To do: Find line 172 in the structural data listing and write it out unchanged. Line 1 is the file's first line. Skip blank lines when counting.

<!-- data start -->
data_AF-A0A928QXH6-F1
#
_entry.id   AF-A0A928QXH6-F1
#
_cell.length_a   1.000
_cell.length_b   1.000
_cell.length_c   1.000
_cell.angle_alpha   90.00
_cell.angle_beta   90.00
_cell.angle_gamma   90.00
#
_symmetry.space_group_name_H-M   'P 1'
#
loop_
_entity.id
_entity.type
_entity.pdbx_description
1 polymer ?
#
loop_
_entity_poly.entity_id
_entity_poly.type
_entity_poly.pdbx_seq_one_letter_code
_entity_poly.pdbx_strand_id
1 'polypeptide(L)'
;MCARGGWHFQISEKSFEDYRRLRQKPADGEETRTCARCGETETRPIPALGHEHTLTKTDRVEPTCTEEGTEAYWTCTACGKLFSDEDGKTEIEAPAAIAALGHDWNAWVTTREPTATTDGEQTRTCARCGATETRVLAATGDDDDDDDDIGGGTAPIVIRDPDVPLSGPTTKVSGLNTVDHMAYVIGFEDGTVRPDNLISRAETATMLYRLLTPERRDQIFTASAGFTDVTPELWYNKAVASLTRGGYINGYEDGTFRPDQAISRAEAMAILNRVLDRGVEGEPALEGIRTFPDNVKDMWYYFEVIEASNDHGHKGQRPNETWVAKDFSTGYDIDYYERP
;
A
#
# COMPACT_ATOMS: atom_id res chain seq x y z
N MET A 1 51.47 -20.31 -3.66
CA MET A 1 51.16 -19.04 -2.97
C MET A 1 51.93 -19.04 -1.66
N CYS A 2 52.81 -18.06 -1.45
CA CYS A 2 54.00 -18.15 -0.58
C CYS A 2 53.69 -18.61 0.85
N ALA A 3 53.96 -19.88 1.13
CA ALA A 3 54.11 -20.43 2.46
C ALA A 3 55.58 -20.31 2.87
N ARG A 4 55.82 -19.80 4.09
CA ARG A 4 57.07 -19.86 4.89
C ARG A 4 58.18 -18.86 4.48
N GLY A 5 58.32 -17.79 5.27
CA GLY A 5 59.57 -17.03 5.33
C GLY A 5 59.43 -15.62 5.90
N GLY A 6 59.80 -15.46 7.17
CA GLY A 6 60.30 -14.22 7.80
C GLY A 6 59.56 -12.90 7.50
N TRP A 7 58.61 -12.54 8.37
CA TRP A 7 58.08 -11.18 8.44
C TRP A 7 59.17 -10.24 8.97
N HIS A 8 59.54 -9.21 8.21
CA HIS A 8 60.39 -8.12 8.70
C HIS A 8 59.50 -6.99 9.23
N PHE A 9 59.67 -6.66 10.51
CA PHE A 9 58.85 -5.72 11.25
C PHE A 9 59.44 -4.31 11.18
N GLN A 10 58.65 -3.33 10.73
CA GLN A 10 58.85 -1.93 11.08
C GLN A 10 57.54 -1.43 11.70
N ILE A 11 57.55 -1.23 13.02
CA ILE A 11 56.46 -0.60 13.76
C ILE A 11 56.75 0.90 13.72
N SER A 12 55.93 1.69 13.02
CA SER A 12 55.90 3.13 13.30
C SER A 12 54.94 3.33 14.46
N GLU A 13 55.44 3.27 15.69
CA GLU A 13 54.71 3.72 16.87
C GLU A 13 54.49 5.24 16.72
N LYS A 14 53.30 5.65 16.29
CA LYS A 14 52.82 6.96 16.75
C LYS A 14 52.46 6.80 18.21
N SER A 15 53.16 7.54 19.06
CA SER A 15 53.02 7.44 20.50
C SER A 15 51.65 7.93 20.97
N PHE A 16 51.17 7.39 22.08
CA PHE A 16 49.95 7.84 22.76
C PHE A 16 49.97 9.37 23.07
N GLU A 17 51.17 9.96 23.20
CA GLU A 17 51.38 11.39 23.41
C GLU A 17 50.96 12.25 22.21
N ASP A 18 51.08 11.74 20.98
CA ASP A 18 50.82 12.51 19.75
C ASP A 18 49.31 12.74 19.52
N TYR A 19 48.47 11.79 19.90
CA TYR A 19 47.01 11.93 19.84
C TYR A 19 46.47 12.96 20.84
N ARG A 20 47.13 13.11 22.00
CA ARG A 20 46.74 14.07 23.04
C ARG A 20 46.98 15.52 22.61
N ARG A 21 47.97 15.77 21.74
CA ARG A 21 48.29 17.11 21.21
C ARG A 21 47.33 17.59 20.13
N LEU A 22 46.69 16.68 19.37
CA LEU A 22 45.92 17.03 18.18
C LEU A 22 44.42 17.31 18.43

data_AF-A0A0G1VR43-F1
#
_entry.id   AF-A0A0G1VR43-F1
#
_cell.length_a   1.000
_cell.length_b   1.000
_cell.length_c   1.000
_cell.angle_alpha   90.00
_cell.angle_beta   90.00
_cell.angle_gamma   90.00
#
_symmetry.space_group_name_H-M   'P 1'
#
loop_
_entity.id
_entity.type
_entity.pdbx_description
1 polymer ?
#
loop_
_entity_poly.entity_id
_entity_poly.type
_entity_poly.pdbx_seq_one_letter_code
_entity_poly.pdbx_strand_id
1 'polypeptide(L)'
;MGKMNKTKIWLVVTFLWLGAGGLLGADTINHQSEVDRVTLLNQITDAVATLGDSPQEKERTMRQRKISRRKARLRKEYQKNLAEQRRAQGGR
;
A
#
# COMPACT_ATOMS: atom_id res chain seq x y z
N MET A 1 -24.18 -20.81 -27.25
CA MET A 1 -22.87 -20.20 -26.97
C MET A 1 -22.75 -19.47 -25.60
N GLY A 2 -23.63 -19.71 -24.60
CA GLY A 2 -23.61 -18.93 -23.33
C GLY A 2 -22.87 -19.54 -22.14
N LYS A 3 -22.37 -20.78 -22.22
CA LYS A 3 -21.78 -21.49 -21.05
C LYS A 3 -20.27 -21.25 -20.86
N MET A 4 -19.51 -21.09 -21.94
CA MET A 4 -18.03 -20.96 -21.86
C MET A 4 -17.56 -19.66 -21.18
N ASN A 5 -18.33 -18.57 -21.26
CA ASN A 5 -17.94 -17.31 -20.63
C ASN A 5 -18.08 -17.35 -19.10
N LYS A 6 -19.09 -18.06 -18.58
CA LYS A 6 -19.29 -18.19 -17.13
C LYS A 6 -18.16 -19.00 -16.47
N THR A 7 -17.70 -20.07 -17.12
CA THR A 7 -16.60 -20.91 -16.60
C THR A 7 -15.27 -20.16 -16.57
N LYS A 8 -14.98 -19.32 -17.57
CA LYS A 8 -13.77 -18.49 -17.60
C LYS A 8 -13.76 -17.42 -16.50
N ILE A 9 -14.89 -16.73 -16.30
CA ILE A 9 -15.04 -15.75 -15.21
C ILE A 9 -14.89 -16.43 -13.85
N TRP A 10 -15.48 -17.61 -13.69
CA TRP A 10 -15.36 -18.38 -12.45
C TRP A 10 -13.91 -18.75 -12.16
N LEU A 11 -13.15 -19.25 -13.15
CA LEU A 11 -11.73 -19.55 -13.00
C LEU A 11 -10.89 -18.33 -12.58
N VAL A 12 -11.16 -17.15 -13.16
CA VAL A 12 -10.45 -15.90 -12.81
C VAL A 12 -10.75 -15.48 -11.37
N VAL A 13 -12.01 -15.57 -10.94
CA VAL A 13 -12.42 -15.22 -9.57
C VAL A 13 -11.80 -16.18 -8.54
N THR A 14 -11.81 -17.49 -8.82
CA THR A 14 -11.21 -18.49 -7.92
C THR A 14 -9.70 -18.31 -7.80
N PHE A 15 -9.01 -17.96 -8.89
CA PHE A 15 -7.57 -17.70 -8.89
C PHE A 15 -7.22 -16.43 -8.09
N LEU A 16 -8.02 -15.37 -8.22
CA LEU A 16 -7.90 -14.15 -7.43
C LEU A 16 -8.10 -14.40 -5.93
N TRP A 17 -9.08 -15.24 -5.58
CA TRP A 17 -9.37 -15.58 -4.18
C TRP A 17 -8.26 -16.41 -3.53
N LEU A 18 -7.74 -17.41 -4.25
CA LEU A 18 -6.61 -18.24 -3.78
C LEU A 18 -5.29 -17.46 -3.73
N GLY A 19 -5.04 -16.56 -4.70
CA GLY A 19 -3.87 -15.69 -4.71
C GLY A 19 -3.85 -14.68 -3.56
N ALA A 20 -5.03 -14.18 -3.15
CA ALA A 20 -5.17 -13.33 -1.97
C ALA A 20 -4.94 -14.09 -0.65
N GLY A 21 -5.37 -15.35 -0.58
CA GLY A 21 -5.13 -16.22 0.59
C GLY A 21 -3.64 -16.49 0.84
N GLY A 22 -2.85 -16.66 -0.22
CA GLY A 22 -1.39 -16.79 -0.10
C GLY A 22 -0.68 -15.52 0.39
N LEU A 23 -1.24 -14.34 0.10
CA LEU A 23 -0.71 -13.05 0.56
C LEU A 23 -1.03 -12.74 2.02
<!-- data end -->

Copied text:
N LEU A 16 -8.02 -15.37 -8.22